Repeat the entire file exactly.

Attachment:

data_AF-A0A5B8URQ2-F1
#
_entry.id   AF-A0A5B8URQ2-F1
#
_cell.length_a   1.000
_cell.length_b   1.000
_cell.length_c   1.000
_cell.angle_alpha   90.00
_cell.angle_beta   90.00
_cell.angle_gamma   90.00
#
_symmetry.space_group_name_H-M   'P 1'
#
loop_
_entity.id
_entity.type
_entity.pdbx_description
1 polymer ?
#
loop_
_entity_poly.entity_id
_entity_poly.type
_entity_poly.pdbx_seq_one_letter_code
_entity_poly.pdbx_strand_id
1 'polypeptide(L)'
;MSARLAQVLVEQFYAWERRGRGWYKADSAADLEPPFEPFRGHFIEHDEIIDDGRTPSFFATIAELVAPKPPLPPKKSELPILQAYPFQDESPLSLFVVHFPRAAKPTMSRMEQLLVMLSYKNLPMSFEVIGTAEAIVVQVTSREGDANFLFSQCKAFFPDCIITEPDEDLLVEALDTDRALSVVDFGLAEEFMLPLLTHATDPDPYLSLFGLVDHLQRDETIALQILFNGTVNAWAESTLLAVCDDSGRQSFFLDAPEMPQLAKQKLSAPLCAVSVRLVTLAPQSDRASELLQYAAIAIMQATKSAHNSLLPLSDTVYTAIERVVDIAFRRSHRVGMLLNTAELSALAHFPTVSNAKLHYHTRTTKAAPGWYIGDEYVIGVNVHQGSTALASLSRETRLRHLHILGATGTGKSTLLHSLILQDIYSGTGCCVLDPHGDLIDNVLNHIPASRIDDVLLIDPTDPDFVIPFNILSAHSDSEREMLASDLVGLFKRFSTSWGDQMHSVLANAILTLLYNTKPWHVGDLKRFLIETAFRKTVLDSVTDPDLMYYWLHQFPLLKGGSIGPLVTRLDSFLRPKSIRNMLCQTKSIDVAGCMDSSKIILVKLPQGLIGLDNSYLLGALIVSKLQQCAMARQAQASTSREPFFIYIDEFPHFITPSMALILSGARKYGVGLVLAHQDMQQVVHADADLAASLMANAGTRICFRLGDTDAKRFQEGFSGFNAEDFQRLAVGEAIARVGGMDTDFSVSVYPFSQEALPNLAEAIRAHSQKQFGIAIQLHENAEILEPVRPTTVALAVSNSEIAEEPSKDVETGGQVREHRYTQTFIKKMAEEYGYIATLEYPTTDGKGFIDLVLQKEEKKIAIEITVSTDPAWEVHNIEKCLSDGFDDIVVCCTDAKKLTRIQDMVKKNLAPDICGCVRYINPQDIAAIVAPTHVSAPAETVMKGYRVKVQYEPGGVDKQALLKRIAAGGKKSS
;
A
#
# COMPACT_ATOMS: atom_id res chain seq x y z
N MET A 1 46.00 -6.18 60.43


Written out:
data_AF-A0A5B8URQ2-F1
#
_entry.id   AF-A0A5B8URQ2-F1
#
_cell.length_a   1.000
_cell.length_b   1.000
_cell.length_c   1.000
_cell.angle_alpha   90.00
_cell.angle_beta   90.00
_cell.angle_gamma   90.00
#
_symmetry.space_group_name_H-M   'P 1'
#
loop_
_entity.id
_entity.type
_entity.pdbx_description
1 polymer ?
#
loop_
_entity_poly.entity_id
_entity_poly.type
_entity_poly.pdbx_seq_one_letter_code
_entity_poly.pdbx_strand_id
1 'polypeptide(L)'
;MSARLAQVLVEQFYAWERRGRGWYKADSAADLEPPFEPFRGHFIEHDEIIDDGRTPSFFATIAELVAPKPPLPPKKSELPILQAYPFQDESPLSLFVVHFPRAAKPTMSRMEQLLVMLSYKNLPMSFEVIGTAEAIVVQVTSREGDANFLFSQCKAFFPDCIITEPDEDLLVEALDTDRALSVVDFGLAEEFMLPLLTHATDPDPYLSLFGLVDHLQRDETIALQILFNGTVNAWAESTLLAVCDDSGRQSFFLDAPEMPQLAKQKLSAPLCAVSVRLVTLAPQSDRASELLQYAAIAIMQATKSAHNSLLPLSDTVYTAIERVVDIAFRRSHRVGMLLNTAELSALAHFPTVSNAKLHYHTRTTKAAPGWYIGDEYVIGVNVHQGSTALASLSRETRLRHLHILGATGTGKSTLLHSLILQDIYSGTGCCVLDPHGDLIDNVLNHIPASRIDDVLLIDPTDPDFVIPFNILSAHSDSEREMLASDLVGLFKRFSTSWGDQMHSVLANAILTLLYNTKPWHVGDLKRFLIETAFRKTVLDSVTDPDLMYYWLHQFPLLKGGSIGPLVTRLDSFLRPKSIRNMLCQTKSIDVAGCMDSSKIILVKLPQGLIGLDNSYLLGALIVSKLQQCAMARQAQASTSREPFFIYIDEFPHFITPSMALILSGARKYGVGLVLAHQDMQQVVHADADLAASLMANAGTRICFRLGDTDAKRFQEGFSGFNAEDFQRLAVGEAIARVGGMDTDFSVSVYPFSQEALPNLAEAIRAHSQKQFGIAIQLHENAEILEPVRPTTVALAVSNSEIAEEPSKDVETGGQVREHRYTQTFIKKMAEEYGYIATLEYPTTDGKGFIDLVLQKEEKKIAIEITVSTDPAWEVHNIEKCLSDGFDDIVVCCTDAKKLTRIQDMVKKNLAPDICGCVRYINPQDIAAIVAPTHVSAPAETVMKGYRVKVQYEPGGVDKQALLKRIAAGGKKSS
;
A
#
# COMPACT_ATOMS: atom_id res chain seq x y z
N MET A 1 46.00 -6.18 60.43